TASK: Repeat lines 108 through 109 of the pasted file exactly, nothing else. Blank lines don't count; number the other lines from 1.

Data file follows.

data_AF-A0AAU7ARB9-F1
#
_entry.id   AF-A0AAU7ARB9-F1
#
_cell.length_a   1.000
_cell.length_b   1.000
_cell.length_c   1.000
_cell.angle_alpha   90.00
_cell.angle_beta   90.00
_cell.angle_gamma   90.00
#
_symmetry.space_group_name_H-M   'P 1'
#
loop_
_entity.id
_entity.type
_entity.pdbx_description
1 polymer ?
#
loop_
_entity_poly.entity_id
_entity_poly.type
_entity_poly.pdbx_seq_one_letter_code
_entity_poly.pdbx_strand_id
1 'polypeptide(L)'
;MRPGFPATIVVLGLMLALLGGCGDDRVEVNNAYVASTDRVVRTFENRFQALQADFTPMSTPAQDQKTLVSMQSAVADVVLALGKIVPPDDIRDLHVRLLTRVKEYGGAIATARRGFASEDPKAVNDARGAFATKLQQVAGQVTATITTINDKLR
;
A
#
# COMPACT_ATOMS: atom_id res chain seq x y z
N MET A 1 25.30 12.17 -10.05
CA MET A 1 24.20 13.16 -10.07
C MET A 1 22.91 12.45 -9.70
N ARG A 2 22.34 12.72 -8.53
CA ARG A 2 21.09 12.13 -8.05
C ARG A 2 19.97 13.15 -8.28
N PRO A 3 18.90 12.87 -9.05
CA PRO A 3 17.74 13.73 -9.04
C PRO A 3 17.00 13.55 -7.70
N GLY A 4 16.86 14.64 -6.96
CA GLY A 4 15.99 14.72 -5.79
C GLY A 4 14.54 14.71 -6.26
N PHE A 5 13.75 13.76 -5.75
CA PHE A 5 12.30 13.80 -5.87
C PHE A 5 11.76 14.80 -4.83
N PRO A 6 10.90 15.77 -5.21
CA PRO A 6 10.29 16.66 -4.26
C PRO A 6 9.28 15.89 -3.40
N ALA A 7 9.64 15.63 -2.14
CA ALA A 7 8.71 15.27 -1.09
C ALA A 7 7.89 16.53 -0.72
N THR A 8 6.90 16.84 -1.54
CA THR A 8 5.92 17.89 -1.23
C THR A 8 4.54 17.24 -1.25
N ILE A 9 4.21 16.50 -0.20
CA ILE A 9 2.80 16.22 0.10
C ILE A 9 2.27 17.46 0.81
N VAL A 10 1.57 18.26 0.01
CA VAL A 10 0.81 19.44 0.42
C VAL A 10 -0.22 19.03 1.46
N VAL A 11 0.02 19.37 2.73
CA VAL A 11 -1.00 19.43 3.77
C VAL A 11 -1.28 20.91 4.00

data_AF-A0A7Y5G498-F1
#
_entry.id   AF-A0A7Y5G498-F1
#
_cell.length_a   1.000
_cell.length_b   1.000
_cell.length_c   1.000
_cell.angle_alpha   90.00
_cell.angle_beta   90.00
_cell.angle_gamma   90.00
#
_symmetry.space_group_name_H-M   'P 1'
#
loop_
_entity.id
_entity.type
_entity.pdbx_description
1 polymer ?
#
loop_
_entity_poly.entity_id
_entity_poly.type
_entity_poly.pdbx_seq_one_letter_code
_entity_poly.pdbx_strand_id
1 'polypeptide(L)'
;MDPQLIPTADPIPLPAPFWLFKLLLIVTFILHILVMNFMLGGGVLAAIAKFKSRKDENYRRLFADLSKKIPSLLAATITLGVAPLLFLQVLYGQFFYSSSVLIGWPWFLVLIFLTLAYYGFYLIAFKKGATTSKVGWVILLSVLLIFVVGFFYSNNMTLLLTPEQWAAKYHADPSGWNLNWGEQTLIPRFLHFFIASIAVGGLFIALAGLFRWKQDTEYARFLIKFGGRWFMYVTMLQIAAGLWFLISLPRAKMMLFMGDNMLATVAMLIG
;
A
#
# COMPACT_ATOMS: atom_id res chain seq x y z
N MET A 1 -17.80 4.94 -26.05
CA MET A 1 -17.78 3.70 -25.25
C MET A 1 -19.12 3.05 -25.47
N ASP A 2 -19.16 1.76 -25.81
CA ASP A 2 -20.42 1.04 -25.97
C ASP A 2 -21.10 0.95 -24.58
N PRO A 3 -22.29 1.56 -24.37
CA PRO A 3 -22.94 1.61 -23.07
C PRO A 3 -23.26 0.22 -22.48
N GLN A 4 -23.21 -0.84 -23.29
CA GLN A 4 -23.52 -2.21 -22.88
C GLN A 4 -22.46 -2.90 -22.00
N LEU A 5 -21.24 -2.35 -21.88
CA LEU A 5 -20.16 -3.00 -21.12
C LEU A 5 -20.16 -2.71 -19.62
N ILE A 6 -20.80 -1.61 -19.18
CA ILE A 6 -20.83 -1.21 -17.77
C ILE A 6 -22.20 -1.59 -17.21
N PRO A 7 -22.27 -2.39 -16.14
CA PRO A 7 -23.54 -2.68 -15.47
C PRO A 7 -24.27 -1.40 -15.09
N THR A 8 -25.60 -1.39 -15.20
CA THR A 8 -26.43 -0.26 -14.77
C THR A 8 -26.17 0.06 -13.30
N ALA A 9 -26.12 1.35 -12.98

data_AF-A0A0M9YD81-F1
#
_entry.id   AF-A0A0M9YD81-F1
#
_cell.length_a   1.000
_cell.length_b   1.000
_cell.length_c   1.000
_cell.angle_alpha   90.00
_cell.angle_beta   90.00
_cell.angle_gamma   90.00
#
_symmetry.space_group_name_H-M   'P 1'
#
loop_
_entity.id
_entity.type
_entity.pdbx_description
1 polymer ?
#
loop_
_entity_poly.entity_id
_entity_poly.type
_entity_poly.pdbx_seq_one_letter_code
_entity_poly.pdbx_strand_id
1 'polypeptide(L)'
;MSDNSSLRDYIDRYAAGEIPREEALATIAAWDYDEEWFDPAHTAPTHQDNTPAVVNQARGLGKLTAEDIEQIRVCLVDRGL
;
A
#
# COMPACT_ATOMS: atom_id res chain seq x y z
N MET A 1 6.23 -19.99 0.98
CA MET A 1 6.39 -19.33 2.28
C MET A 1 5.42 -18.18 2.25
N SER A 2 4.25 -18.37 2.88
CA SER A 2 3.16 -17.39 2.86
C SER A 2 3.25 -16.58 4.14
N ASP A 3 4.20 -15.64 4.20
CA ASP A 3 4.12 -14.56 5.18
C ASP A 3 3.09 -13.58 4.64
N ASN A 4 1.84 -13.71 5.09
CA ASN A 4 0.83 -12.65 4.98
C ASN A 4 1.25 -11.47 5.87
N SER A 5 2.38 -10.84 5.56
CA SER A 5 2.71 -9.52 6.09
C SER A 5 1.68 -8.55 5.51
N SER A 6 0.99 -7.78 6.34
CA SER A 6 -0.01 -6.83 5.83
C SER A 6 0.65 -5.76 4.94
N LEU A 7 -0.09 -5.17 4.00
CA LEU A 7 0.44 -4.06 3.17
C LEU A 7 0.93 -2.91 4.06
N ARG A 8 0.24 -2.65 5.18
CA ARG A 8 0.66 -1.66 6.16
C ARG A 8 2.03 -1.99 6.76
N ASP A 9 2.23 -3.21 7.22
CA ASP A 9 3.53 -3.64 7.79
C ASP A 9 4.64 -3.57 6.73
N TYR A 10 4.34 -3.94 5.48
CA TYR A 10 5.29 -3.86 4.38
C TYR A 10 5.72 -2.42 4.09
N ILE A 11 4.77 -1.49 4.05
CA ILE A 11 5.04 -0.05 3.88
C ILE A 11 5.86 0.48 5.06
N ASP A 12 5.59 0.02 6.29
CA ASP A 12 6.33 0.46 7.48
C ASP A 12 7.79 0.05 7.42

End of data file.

C LEU A 5 -20.16 -2.71 -19.62
N ILE A 6 -20.80 -1.61 -19.18